The deadline for compliance by non-government entities of the public shareholding norms went by on June 3, 2013. Immediately thereafter, SEBI yesterday issued an order against 108 companies that have failed to comply with these norms. SEBI’s press release summarizing its order is available here.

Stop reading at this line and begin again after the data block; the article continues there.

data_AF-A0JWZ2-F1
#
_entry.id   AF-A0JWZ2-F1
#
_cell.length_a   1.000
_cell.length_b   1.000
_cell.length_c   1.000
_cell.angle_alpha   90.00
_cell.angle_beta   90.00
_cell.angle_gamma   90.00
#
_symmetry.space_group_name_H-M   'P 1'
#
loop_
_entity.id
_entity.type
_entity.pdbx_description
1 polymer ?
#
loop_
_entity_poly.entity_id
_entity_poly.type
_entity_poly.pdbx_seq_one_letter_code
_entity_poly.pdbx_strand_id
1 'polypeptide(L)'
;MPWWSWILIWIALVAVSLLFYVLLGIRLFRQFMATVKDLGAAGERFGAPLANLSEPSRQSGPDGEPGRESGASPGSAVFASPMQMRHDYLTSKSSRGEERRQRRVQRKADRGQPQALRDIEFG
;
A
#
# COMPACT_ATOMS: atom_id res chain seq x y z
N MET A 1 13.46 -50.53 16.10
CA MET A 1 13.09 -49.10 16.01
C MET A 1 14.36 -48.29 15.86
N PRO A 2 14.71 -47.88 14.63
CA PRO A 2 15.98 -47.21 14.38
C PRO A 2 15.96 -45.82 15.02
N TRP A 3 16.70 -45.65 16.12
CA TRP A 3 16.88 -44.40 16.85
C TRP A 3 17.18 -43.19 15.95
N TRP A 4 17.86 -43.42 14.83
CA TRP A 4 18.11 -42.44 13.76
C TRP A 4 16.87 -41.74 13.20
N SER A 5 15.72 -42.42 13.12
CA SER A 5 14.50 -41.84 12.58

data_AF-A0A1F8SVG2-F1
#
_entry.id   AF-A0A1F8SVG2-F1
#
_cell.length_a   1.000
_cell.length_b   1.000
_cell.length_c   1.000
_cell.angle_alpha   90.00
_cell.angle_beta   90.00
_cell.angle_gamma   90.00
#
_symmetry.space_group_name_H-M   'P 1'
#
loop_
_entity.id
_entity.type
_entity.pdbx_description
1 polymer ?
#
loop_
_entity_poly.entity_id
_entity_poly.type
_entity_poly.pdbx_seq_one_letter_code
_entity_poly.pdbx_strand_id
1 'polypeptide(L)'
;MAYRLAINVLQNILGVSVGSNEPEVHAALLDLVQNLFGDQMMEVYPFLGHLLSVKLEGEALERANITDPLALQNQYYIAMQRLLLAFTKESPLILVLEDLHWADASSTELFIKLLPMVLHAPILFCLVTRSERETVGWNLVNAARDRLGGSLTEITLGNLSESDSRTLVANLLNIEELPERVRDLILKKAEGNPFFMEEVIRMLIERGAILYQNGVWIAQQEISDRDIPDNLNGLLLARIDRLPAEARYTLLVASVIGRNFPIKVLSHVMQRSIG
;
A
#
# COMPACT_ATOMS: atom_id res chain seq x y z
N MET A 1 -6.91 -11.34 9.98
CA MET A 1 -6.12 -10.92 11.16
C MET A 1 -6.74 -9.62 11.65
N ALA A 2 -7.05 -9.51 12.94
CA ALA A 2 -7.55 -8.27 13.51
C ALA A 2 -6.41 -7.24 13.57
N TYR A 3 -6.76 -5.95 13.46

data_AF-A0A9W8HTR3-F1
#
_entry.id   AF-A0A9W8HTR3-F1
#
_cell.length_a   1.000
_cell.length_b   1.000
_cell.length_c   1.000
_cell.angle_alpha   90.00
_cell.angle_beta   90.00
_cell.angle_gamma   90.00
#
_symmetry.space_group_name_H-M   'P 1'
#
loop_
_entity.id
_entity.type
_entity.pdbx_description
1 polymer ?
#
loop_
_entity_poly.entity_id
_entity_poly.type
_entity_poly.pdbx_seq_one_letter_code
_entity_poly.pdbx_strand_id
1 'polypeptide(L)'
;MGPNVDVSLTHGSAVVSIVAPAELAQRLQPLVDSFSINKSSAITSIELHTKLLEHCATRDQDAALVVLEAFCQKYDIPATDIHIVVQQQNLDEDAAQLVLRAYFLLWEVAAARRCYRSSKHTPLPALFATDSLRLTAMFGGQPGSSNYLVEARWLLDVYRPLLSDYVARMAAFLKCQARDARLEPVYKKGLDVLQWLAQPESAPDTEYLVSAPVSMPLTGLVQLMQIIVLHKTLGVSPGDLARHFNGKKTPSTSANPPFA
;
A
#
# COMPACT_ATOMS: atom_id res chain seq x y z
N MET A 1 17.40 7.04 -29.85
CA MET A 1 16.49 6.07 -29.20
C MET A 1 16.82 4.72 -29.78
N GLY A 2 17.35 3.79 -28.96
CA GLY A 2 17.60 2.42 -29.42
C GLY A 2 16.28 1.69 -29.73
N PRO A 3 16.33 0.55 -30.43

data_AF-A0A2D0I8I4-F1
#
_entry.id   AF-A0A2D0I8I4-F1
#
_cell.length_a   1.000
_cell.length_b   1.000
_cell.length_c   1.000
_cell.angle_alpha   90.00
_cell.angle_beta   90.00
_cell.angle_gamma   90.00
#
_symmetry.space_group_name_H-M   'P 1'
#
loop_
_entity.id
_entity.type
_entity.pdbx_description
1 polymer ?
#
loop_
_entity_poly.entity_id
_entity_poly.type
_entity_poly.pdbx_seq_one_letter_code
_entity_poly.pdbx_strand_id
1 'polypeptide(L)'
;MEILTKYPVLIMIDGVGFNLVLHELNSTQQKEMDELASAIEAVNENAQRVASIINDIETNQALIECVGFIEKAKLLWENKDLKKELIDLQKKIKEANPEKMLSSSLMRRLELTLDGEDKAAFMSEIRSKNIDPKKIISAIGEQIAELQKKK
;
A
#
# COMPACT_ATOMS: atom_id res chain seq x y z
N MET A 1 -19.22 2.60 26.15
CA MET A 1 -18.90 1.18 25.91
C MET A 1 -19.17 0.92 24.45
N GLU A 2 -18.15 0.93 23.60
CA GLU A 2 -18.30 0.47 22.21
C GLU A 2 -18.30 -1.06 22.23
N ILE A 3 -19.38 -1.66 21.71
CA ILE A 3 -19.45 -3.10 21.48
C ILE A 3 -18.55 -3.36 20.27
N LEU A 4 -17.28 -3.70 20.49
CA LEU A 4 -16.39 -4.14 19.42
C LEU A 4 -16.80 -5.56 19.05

A couple of points are noteworthy. The first relates to the rapidity with which SEBI has acted. This is consistent with its strict stance of not delaying the date of compliance and also its intention to enforce this rule very strictly. It is almost as if SEBI had been preparing for this eventuality where some companies would be non-compliant. The second, and more important, aspect of the order (which is interim in nature) is that it seeks to proceed against the promoters and controlling shareholders. The orders passed against them include freezing their corporate rights (such as voting and other corporate benefits such as dividends, rights entitlements, etc.), prohibitions on the promoters from buying and selling shares in those companies and also restraining the promoters from holding any further positions on the board. By proceeding against the promoters rather than the company itself, SEBI has sought to impose greater pressure to ensure compliance. As we had earlier noted, proceeding against the company would adversely affect the minority shareholders and ought not to be pursued.